For many in the northeast and Great Lakes regions, it has been a very
; for many farmers, the corn crop went in late, if at all due to wet field conditions. Home gardeners were also late, and what did get in the ground just sort of sat there.
Some garden organizations are already raising the red flag about a gardeners worse nightmare this year, the
late tomato blight
. The blight is fatal after a few days to both tomatoes and potatoes. The late blight thrives in cool wet conditions and can spread via the wind and infect gardens for miles around.
There are some
to help identify the late blight and most claim the best thing to do is to check your plants regularly and if an infection is discovered, the plant should be pulled immediately and properly discarded.
It's getting a little late to plant blight resistant tomatoes but it is worth a shot and try. There are some organic copper sprays available. However, some of these sprays are not very good for beneficial insects in the garden. Some of the chemicals are not good for the soil, investigate
and healthy organic gardening.
I planted about three dozen Speckled Roman tomatoes in the garden with four going into pots. Hopefully, I'll be able to build a small cold frame/greenhouse in the upcoming weeks and that’s where the potted plants will go. We'll see how that works, just in case.
If conditions were too wet this spring, think about planting a garden which will be ready to
in late summer of fall. There's many
of vegetables which can be planted which do not require a long growing season and which actually enjoy the cooler conditions.
Bees and Bears
While doing the yard or garden work this summer be careful if you use pesticides. Many are fatal to the honeybees and our native bees. Check out other
to control a situation instead of using harmful and toxic chemicals. The bees have been declining in numbers for the past several years and they are needed to help pollinate many of our crops.
By the same token, the bees pollinate many wild food sources which provide food for our native wildlife.
While the bees are having population problems,
in Pennsylvania are becomng more plentiful. Sure wildlife can be troublesome such as the bears, raccoons, possums,
and skunks. Follow a few basic steps to avoid problems: secure garbage in tight containers, don't leave pet food outside, never – ever feed the bears or any other wildlife except maybe the birds. (Note: It is illegal to feed bears in PA.)
If you happen to come across a bear, it's likely more scared of you than you are of it. If you must, shout and wave your arms. If the animal is aggressive, contact local police or the game commission.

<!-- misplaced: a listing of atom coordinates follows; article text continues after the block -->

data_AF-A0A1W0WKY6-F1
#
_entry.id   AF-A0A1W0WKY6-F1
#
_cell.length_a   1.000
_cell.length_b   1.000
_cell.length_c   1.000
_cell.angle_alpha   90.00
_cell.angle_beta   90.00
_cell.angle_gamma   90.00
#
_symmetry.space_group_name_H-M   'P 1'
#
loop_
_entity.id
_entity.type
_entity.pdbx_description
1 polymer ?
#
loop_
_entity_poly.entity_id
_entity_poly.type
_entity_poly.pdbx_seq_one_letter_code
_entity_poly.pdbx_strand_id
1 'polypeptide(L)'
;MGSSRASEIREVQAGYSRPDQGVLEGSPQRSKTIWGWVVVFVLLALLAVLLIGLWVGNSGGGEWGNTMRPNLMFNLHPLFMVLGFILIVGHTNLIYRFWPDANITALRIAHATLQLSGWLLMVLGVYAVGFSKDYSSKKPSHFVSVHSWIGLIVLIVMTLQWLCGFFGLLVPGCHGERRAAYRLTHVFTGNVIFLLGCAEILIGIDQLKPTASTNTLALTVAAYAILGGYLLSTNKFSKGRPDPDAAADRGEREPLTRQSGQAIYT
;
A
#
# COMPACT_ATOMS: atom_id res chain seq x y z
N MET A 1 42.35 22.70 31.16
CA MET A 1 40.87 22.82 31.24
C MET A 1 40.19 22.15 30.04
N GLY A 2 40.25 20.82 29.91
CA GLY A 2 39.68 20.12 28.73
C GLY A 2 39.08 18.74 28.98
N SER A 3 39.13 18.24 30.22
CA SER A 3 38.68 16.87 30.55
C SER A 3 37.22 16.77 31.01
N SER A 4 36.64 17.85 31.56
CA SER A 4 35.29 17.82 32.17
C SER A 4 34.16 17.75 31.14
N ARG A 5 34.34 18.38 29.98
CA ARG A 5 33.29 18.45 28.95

Marcellus Gas drilling has created jobs and promises to be an
for Pennsylvania, New York State and West Virginia in particular. However, there have been many
about the effects of fracking on
Anglers and hunters
, along with outdoor organizations are expressing concerns and are taking water samples.
The gas drilling industry claims the process is safe and still pays no taxes in Pennsylvania.
Civil War - The amazing story of the Sachem
His Native American Seneca name was Hasanowanda or “The Reader” and was born in 1828. He's better known today as
Eli Samuel Parker
. His family adopted the name Parker to deal with white settlers in the western New York – Pennsylvania region.
His father was a Tonawanda Chief and a veteran of the War of 1812, his mother a descendant of an Iroquois prophet.
In 1852, he became a sachem and adopted the name Donehogawa or “Keeper of the Western Door of the Long House of the Iroquois”. Afterward, he studied engineering at Rensselaer Polytechnic Institute and landed a job with the federal government working on public works projects. He met Ulyses S. Grant during this work period.
Parker attempted to enlist in the Union Army at the outbreak of the Civil War but was unable because of his Native American heritage.
Eventually, he was commissioned by Grant to be his military war secretary. He was present at Lee's surrender at Appomattox on April 9, 1865 where he recorded Grant's orders of surrender.
When Grant was elected president, he appointed Parker to be his Commissioner of Indian Affairs on April 13, 1869. Afterward he became a successful businessman in New York City and later held positions with New York Police Department.
He died on August 31, 1895 and is buried in Forest Lawn Cemetery in Buffalo, New York.
Learn More about the Work of a Farrier
Read and learn
some of the insights about this fascinating, yet dangerous profession.
If not a Horse, check Out This Energy Saver.